"One is absolutely sickened, not by the crimes that the wicked have committed, but by the punishments that the good have inflicted." -- Oscar Wilde

Tuesday, September 8, 2015

Nebraska ballot measure raises stakes for death penalty foes

Gathering signatures against the Nebraska death penalty repeal
Gathering signatures against the Nebraska death penalty repeal
When the Nebraska Legislature abolished the death penalty three months ago, opponents of capital punishment hailed the vote as a sign that red-state conservative lawmakers increasingly view the punishment as expensive, inefficient and morally questionable.

Now, they face a much more daunting task: persuading voters to see it the same way.

Supporters and opponents are preparing for a campaign that will test the notion that sentiment in Nebraska has changed. Death penalty opponents have promised a vigorous campaign, but even some of their coalition members acknowledge they could struggle to sway voters.

"I do think it's an uphill battle because it's such an emotional issue," said Bryan Baumgart, a former Douglas County Republican Party chairman who has fought to repeal the death penalty. "It's a lot easier to play to emotion than it is to present facts and reason. Our challenge is going to be to make sure we provide Nebraskans with the same information that the Legislature received."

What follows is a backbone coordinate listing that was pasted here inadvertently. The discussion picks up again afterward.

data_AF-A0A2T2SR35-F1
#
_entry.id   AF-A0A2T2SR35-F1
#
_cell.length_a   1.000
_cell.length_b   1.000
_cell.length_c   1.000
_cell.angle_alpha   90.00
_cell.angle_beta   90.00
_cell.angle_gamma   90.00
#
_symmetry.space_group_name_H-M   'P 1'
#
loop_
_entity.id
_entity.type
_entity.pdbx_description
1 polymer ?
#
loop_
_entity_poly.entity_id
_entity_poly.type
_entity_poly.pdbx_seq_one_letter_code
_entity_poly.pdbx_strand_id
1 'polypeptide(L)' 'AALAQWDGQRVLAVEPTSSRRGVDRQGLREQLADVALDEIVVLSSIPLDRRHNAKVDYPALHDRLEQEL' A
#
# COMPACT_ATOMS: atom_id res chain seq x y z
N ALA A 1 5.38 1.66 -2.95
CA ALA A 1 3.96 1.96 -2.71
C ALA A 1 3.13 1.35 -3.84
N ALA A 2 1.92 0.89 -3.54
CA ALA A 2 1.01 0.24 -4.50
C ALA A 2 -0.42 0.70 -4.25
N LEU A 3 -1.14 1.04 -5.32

Nebraskans for the Death Penalty, which was heavily financed by Republican Gov. Pete Ricketts and his father, announced last month it had gathered 166,692 signatures from all 93 counties — nearly three times the minimum number needed to place the issue on the November 2016 ballot.

The petition drive began after lawmakers voted in May to repeal capital punishment over the objection of Ricketts, becoming the first traditionally conservative state to do so since North Dakota in 1973. Although the signatures still must be verified, it's likely the petition sponsors collected enough to keep the law from taking effect before the election.

Source: JournalStar.com, Grant Schulte (AP), September 7, 2015

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